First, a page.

A New Latin Dictionary by Charlton T. Lewis Ph.D. and Charles Short, LL. D.

A New Latin Dictionary
by Charlton T. Lewis Ph.D. and Charles Short, LL. D.

The translation of Dr. Freund's great Latin-German Lexicon, edited by the late E. A. Andrews, LL.D., and published in 1850, has been from that time in extensive use throughout England and America, It has had for competitors, indeed, in the schools and colleges of both countries, only works which are substantially reprints or abridgments of itself. As it has thus been the standard book of reference of its kind for a generation of scholars, its merits need no description here.

Meanwhile, great advances have been made in the sciences on which lexicography depends. Minute research in manuscript authorities has largely restored the texts of the classical writers, and even their orthography. Philology has traced the growth and history of thousands of words, and revealed meanings and shades of meaning which were long unknown. Syntax has been subjected to a profounder analysis. The history of ancient nations, the private life of their citizens, the thoughts and beliefs of their writers, have been closely scrutinized in the light of accumulating information. Thus the student of today may justly demand of his lexicon far more than the scholarship of thirty years ago could furnish. The present work is the result of a series of earnest efforts by the Publishers to meet this demand.

It was seen fifteen years ago that at least a very thorough revision of the Lexicon was needed. It was therefore submitted to the author of the original work, Dr. William Freund, who carefully revised it, rewrote a few of the less satisfactory articles, corrected errors, and supplied about two thousand additions, mainly in the early pages. The sheets were then placed in the hands of Professor Henry Drisler, LL.D., to be edited; but that eminent scholar soon advised us that a reconstruction of the work was desirable, such as he could not command leisure to make. They were afterwards delivered to the present editors to be used freely, and in combination with all other appropriate sources, in compiling a Latin Lexicon which should meet the ad- advanced requirements of the times. The results of their unremitting labors for several years are now given to the public.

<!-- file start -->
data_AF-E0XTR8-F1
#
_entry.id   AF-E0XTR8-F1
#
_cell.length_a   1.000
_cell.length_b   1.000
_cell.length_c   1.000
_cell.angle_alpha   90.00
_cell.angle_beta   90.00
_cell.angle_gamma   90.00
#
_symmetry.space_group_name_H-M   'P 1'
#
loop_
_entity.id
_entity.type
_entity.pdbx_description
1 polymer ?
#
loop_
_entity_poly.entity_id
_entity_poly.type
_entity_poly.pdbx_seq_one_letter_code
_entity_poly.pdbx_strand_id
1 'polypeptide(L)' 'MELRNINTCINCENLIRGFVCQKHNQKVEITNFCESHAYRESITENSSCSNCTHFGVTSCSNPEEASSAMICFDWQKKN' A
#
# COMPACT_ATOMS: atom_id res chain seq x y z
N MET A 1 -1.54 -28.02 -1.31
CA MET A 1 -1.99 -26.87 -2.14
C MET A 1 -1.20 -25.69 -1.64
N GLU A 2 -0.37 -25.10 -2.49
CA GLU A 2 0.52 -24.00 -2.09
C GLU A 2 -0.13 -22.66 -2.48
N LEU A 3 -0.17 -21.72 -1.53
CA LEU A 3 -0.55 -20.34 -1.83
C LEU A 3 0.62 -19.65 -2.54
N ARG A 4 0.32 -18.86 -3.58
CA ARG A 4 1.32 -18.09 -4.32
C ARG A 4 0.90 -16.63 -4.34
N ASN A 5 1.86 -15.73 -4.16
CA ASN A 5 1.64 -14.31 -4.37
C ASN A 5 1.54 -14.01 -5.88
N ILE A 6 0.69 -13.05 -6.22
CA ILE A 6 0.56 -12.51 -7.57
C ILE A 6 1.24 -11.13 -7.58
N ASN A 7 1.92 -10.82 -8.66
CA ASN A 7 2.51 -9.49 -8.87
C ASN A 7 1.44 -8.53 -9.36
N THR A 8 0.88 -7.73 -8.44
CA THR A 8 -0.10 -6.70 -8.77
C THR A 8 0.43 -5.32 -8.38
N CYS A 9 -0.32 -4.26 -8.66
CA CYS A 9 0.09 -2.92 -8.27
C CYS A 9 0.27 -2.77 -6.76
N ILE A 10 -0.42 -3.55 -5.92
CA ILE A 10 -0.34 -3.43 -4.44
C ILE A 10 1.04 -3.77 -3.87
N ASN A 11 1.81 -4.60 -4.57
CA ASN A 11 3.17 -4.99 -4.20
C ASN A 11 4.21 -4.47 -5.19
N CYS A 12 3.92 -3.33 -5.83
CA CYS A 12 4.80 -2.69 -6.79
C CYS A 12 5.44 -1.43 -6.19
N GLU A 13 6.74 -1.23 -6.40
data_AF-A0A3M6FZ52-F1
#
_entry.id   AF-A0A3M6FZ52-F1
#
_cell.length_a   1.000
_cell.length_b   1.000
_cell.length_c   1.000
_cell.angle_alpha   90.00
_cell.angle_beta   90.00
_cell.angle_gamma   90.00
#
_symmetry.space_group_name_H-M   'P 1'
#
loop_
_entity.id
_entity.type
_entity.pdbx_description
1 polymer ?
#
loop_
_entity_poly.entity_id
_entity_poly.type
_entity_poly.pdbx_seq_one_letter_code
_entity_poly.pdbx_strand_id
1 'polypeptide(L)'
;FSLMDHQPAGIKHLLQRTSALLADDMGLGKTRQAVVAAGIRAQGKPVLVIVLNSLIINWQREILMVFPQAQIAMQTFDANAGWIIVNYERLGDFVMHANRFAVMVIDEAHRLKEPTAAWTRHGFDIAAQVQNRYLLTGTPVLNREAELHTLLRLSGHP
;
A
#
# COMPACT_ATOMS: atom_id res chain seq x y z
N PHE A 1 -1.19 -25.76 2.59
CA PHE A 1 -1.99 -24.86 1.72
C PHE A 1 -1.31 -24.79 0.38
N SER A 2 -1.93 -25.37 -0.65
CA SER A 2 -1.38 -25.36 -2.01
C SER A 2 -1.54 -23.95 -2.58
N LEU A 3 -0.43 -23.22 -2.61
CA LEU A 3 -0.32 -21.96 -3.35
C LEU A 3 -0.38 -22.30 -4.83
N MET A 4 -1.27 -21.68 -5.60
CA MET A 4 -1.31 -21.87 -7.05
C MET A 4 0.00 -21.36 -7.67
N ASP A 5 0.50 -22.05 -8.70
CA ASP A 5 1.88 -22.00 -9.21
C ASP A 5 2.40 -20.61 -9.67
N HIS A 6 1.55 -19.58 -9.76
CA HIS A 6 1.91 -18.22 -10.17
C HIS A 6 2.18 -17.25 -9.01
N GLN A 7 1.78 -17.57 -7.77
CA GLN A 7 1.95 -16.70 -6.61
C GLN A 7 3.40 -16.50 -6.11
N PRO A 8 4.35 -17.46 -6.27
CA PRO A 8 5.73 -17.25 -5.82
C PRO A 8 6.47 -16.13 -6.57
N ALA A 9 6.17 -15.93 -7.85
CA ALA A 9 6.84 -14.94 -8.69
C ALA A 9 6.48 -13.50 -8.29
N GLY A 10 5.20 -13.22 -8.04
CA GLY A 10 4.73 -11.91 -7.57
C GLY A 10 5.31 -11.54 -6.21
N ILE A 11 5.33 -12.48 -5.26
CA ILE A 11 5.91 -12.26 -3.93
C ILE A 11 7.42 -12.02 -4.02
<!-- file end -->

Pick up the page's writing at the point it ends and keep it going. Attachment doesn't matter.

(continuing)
The first 216 pages (words beginning with A) are the work of Professor Charles Short, LL.D., of Columbia College. The remainder of the book, from page 217 to page 2019 inclusive, is the work of Mr. Charlton T. Lewis. While each editor is alone and wholly responsible for the pages which he has prepared, Mr. Lewis requests us to acknowledge the indebtedness of the book to contributions from other scholars, incorporated by him with his own collections. It is proper to refer, in particular, to the valuable services of Gustavus Fischer, LL.D., of New Brunswick, whose learning and research have given to many articles a fulness and thoroughness hardly attempted before in a Latin Lexicon (see, for example, the words contra. 2. cum, sic, sinto, solvo, suus, turn, tunc, volo, and others); and of Professor George M. Lane, Ph.D., of Harvard College, who has kindly examined a large part of the book in proof, and has freely communicated, in his suggestions and corrections, the ripe fruits of his scholarship. Every effort has been made to avoid errors of the press; and, through the patient skill of the proofreader, Mr. George W. Collord, exceptional accuracy in this respect has, we believe, been attained.


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